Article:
Tag Archives: cascade

“Rock Garden Waterfall” – Royal Botanical Gardens, Burlington

“Rock Garden Waterfall” - Royal Botanical Gardens, Burlingto

“A garden should make you feel you’ve entered privileged space — a place not just set apart but reverberant — and it seems to me that, to achieve this, the gardener must put some kind of twist on the existing landscape, turn its prose into something nearer poetry.”
― Michael Pollan

A change of pace from all my recent flower and butterfly photos, though if you look closely, there are still flowers present. Can you find them?

I did set out to photograph flowers this day and have plenty to share at a later date, but I do like a good waterfall and the serenity small cascades like this create for me, even knowing it is man made. I used a slow shutter at 1/10 of a second to slightly blur the movement and had to go hand-held because I did not want to carry a tripod all day. That did pose a challenge because it was very bright and I had to shoot at f/32 to keep the water from being blown out.

This stepped cascade can be found at the rock gardens, which are part of the Royal Botanical Gardens in Burlington, Ontario. The rock garden is one of several gardens within this large complex of garden exhibits and is nestled in the base of a valley, forming a bit of a bowl. Much of the stone is native limestone and some material has been moved into place to create a garden with large limestone boulders and many stepped paths which run up and down the hillside. I enjoyed the inclusion of many native plant species, which those who are not hiking the backwoods trails would never experience otherwise. Including Herb Robert (Geranium robertianum), which are the small pink flowers visible near the base of the higher cascade. They are a native plant and are members of the geranium family. The crushed leaves can be used as a mosquito repellant, handy at this time of year).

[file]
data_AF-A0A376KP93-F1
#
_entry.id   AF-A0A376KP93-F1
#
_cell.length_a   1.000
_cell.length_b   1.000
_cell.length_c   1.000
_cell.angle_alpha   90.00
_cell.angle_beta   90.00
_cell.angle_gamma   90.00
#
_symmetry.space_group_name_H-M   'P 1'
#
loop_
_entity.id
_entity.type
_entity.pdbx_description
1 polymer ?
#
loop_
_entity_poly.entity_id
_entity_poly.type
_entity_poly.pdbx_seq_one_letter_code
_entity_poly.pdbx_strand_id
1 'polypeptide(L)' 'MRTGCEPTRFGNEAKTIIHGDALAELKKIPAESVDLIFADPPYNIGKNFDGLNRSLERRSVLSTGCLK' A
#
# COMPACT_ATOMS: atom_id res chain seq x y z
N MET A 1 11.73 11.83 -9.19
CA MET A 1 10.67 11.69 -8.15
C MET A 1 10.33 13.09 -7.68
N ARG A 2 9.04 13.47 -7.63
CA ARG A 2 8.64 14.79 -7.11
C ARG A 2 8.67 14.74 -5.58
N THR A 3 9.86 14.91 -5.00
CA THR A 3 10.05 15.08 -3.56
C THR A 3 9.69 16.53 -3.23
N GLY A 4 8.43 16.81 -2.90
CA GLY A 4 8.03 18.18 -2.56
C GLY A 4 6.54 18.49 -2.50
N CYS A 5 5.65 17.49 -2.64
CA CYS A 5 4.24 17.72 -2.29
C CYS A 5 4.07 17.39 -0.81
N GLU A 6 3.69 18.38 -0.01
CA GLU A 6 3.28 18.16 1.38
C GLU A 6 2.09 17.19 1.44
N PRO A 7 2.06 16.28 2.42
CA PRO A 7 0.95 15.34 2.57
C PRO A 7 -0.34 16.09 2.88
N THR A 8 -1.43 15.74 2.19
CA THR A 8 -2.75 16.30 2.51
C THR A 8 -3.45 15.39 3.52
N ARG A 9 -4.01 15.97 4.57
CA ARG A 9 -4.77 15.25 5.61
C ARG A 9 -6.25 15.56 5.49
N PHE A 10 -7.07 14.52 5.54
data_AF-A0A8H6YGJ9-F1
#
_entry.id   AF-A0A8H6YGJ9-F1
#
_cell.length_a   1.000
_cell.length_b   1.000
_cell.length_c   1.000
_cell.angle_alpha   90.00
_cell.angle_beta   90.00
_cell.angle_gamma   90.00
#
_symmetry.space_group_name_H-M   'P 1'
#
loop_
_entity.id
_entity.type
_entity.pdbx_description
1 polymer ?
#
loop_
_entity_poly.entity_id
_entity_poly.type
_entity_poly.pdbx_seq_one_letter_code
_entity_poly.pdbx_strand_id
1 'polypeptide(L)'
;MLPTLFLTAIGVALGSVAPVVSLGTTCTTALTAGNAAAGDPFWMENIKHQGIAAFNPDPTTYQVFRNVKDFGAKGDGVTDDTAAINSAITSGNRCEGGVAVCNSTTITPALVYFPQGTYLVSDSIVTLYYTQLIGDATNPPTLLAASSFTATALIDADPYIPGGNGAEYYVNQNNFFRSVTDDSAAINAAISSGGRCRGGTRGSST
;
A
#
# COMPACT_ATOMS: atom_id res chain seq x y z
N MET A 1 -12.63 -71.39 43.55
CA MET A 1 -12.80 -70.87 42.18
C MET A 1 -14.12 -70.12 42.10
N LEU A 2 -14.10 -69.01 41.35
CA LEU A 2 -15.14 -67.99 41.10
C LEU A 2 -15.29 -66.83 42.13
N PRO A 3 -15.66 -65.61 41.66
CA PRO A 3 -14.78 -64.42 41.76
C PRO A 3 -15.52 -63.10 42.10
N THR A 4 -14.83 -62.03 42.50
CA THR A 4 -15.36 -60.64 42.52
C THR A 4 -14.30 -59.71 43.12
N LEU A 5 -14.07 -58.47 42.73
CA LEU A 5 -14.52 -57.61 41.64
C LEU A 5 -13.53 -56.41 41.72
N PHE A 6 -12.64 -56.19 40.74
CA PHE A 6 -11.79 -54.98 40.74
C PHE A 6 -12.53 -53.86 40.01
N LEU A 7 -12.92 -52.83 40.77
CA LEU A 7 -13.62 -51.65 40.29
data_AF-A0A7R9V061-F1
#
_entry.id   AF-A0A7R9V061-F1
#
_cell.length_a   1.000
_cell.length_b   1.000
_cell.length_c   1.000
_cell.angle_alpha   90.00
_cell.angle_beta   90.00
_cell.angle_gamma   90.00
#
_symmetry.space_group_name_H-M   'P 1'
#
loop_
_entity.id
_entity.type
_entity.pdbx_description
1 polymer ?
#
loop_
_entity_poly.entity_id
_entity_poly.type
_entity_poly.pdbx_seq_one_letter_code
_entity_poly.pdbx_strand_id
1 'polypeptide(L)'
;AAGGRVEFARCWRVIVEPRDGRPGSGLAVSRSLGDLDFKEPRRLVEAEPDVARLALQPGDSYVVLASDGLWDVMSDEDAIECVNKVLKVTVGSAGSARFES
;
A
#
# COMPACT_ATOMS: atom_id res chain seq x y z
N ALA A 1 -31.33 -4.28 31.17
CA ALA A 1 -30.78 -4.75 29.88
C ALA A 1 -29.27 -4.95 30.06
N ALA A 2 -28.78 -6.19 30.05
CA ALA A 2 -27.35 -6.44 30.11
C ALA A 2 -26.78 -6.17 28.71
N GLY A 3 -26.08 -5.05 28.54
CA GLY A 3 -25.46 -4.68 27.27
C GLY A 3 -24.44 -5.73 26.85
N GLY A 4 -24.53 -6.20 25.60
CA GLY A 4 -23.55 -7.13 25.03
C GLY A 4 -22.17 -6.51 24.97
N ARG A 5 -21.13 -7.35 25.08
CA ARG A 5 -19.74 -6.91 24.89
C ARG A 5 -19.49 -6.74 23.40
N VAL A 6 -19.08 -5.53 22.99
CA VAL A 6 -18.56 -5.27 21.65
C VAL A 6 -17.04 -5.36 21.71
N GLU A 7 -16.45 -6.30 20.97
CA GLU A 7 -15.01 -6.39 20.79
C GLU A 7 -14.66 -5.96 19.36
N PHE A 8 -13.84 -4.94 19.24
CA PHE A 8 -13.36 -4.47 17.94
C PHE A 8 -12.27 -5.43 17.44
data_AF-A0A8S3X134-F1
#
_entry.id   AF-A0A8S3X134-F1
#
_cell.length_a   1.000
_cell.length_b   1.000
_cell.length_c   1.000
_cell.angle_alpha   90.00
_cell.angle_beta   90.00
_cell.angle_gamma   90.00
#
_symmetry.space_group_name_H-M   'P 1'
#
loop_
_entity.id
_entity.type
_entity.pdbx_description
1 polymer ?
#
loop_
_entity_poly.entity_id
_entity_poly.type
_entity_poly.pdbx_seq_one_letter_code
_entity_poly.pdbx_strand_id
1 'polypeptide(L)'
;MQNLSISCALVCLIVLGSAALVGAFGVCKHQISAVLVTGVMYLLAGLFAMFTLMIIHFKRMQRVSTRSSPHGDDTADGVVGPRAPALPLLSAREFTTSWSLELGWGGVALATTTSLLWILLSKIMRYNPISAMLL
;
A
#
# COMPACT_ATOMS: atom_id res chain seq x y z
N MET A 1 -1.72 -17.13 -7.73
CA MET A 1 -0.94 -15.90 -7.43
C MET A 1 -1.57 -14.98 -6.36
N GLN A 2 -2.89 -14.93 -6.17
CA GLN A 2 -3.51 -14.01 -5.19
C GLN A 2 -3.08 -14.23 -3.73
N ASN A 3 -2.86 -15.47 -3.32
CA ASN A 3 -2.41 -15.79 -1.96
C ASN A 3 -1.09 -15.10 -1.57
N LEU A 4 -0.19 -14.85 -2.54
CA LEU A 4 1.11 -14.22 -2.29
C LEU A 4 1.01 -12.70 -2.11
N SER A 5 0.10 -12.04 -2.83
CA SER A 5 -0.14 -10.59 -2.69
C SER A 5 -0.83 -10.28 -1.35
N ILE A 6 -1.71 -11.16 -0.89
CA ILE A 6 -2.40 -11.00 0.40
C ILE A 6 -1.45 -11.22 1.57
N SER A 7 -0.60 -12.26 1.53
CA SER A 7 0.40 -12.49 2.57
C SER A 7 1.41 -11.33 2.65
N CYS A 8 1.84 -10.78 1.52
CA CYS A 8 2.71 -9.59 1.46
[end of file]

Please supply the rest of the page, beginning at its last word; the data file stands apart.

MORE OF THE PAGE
The waterfall pictured here, feeds into some smaller stepped cascades and eventually winds through the lower gardens as a meandering creek which flows beneath bridges and around some wonderful large trees.

At this time of year, the garden also features some exquisite blooming dogwoods, which I have a real attraction to (more photos of those to come).

If you happen to be in the Burlington area and like plants, I would highly recommend this as a destination, but plan on a day, since it is a large complex that spreads over several properties.

Nikon D800
Tamron SP 70-200mm f/2.8 Di VC USD
 @ 70 mm
1/10 sec, f/32.0, ISO 500

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“Roadside Cascade near Gravenhurst”

Roadside Cascade near Gravenhurst 2012

“As you simplify your life, the laws of the universe will be simpler; solitude will not be solitude, poverty will not be poverty, nor weakness weakness.”
― Henry David Thoreau

Simple beauty, oft passed by. This little cascade is right next to the highway outside of Gravenhurst, a small town in Ontario, Canada. I noticed it on my way to the cranberry marshes in Bala and decided to stop there on my way home. How many people speed by this place without even seeing it? Friends have asked where the photo was made and are surprised that it even exists, having passed it many times.

By the time I came back to check it out, the weather had turned to a steady rain. The rain actually enhanced the images, as it brought out the colours from the rock and leaves and allowed me to do a longer exposure to blur the flowing water. The cascade is fairly simple and accessible. It’s the kind of place I could sit and relax for hours on a more pleasant day. So, in a way, I’m happy that other people don’t notice it.

Nikon D300
Nikor 70-300 mm f/4.5-5.6 @ 100mm